It is imperative to find ways to improve retention in care and boost ART adherence in sub-Saharan Africa where adherence rates have been found to decline over time and where treatment options such as second-line treatment are very limited. Successful interventions need to take the resource constraints in these countries into account, be able to bolster adherence over an individual's life-time, and can be combined with other proven strategies. A promising such tool is the Rewarding Adherence Program (RAP) suggested in this proposal, i.e. the use of small prizes for healthy HIV-related behavior allocated by a drawing. The intervention is targeted at increasing the motivation of mature clients who have been on ART for several years through the added benefit and joy of potentially winning a prize, thereby attempting to overcome the treatment 'fatigue'that can develop in the context of mundane, daily pill taking over the course of life-long treatment. Insights from behavioral psychology, in particular Operant Conditioning, suggest that the use of variable rewards results in reinforcement of behavior that is particularly resistant to extinction, i.e. increased adherence over long time periods. Phase 1 of the proposed study will use qualitative interviews to ensure adaptation of the intervention to the local context, and determine suitable intervention parameters. Phase 2 will pilot test RAP in a randomized controlled trial for clients who have been on ART for at least 2 years and who show adherence or retention problems, as it is these clients for whom treatment fatigue is potentially a problem. All 80 clients will receive MEMS caps to record adherence and five study assessments over 12 months (at baseline and every 3 months thereafter). For the intervention group, timely clinic attendance and drug refill over the past month will determine the number of entries they receive for winning a monthly prize. Given optimal adherence, each participant can expect to win a prize twice over the study period. Phase 3 of the study adapts RAP to address limitations identified in Phase 2 and applies it to the control group for six months. In addition, qualitative interviews will be conducted with providers, implementers, and study participants to learn about implementation difficulties and areas for future improvement. Study findings will inform the design parameters of a larger, more rigorous evaluation in an R01 application.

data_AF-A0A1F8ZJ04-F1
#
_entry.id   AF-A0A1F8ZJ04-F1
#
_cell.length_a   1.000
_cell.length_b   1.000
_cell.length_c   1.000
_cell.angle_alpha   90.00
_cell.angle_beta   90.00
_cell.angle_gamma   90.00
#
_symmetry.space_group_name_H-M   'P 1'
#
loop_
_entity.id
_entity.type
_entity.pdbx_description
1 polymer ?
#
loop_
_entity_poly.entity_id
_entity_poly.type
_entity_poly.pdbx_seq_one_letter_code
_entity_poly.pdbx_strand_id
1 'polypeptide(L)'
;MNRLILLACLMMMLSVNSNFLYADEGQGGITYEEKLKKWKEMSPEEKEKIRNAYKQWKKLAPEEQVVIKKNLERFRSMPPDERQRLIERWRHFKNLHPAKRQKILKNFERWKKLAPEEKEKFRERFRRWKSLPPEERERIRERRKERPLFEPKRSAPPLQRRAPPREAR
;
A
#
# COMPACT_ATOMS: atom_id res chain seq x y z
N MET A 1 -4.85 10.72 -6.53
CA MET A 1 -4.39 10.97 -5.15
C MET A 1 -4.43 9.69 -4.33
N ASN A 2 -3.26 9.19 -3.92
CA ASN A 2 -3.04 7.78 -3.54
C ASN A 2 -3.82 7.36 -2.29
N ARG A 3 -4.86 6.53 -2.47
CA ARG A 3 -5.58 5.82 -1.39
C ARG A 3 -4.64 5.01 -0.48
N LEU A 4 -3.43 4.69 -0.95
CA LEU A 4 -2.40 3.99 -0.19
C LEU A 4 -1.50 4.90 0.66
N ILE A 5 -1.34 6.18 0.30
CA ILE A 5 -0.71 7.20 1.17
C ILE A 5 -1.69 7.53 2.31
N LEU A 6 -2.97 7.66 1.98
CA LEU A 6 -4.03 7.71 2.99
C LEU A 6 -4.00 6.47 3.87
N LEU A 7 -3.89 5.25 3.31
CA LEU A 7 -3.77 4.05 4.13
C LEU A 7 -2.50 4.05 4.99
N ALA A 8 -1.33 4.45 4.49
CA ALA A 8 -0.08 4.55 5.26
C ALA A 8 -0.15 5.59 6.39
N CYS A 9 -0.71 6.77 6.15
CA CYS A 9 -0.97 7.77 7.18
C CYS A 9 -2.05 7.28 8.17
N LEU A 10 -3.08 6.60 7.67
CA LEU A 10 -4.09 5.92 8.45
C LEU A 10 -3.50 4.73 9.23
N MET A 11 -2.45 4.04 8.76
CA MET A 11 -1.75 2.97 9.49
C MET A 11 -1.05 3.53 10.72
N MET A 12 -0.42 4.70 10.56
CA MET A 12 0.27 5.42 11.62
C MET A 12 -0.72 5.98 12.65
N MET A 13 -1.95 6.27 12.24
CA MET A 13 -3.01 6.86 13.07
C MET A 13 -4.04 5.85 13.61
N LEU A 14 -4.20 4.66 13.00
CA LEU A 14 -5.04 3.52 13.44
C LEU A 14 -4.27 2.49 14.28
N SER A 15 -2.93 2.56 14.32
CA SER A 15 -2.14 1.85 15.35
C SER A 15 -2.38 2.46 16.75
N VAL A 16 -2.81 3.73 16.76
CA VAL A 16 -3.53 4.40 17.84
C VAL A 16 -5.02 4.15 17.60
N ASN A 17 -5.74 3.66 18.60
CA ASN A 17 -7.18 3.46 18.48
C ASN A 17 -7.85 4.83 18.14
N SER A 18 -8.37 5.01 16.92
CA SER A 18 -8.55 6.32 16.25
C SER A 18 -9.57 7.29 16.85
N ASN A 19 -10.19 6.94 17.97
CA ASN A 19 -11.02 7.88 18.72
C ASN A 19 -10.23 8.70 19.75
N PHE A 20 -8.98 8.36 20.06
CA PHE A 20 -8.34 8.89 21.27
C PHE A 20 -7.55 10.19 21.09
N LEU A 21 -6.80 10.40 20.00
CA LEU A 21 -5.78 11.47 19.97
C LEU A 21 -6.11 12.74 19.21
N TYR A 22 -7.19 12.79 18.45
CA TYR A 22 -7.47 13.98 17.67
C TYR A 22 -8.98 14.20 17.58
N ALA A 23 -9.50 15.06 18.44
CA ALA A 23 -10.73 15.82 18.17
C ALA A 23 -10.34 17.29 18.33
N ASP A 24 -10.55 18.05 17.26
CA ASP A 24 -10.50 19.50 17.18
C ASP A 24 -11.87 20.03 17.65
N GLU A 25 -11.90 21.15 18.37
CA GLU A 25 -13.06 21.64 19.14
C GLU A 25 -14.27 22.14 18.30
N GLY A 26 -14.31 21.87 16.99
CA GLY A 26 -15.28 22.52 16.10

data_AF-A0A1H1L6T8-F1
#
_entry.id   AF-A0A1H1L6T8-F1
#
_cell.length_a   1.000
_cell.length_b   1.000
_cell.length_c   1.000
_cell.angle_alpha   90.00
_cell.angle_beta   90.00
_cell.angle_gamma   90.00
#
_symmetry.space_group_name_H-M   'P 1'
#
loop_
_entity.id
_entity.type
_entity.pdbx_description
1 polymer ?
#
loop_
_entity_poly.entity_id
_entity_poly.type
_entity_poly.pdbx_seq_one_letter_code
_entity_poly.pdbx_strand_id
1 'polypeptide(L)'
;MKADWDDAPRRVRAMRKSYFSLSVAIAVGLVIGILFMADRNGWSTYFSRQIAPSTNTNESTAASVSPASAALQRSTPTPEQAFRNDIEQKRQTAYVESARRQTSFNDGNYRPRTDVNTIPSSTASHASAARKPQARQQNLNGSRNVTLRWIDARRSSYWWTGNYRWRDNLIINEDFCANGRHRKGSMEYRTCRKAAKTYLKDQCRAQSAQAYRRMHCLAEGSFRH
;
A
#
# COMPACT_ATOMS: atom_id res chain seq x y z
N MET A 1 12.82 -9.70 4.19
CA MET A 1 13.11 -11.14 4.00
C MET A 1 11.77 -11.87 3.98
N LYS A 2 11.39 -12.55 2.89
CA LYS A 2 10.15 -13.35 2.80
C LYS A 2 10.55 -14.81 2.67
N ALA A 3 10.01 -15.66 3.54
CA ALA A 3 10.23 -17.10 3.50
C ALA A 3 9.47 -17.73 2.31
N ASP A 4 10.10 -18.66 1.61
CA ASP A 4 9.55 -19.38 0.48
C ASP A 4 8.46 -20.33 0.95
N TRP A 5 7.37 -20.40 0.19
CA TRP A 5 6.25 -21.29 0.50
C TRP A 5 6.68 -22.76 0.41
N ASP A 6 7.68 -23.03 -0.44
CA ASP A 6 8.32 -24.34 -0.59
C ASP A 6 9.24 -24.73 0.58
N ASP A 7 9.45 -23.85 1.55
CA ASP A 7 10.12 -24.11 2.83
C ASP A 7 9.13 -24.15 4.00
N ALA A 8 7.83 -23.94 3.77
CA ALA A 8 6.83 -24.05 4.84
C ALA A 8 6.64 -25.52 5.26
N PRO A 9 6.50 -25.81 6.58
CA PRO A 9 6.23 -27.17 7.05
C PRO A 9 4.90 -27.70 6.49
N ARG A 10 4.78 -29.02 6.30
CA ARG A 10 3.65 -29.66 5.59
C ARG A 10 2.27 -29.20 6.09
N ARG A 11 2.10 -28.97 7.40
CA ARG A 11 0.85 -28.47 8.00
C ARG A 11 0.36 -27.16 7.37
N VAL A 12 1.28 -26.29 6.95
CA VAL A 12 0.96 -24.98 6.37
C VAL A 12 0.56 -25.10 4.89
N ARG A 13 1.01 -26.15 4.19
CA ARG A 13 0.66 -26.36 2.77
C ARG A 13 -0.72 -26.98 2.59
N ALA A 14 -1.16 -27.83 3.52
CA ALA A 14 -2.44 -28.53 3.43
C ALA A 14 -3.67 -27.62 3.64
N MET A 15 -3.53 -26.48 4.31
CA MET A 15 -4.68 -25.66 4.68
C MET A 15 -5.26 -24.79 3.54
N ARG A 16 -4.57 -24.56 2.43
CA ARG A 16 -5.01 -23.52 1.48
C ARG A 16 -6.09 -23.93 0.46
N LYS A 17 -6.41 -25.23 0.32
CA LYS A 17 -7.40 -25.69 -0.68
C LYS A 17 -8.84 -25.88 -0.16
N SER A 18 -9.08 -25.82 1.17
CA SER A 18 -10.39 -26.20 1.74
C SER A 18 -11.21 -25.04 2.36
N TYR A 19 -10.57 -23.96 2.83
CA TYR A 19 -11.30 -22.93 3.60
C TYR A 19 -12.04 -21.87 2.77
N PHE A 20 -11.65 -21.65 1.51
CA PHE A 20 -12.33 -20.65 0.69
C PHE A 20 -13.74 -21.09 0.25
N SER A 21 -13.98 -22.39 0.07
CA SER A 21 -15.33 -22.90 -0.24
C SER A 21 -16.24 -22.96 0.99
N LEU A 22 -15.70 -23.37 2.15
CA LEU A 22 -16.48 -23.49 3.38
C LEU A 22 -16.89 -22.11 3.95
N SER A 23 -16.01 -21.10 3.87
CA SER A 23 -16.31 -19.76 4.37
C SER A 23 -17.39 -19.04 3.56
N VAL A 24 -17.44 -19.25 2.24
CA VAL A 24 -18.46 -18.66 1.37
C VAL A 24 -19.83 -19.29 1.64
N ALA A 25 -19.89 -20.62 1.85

For public health it is important to improve retention in HIV care and adherence to antiretroviral drugs, especially in resource-constrained countries in which treatment options are limited and for an increasing number of mature clients who have been on ART for several years. Our study will investigate the role of variable rewards, i.e. the use of small prizes allocated by a drawing, in improving motivation for attending clinic as scheduled and good adherence as an intervention requiring few resources that can be used in combination with other strategies. The insights from this exploratory grant mechanism will serve as the basis for a subsequent grant application to implement such an intervention at scale and investigate cost-effectiveness.
|Linnemayr, Sebastian; Rice, Thomas (2016) Insights From Behavioral Economics to Design More Effective Incentives for Improving Chronic Health Behaviors, With an Application to Adherence to Antiretrovirals. J Acquir Immune Defic Syndr 72:e50-2|
|Linnemayr, Sebastian (2015) HIV prevention through the lens of behavioral economics. J Acquir Immune Defic Syndr 68:e61-3|
|Linnemayr, Sebastian; Stecher, Chad (2015) Behavioral Economics Matters for HIV Research: The Impact of Behavioral Biases on Adherence to Antiretrovirals (ARVs). AIDS Behav 19:2069-75|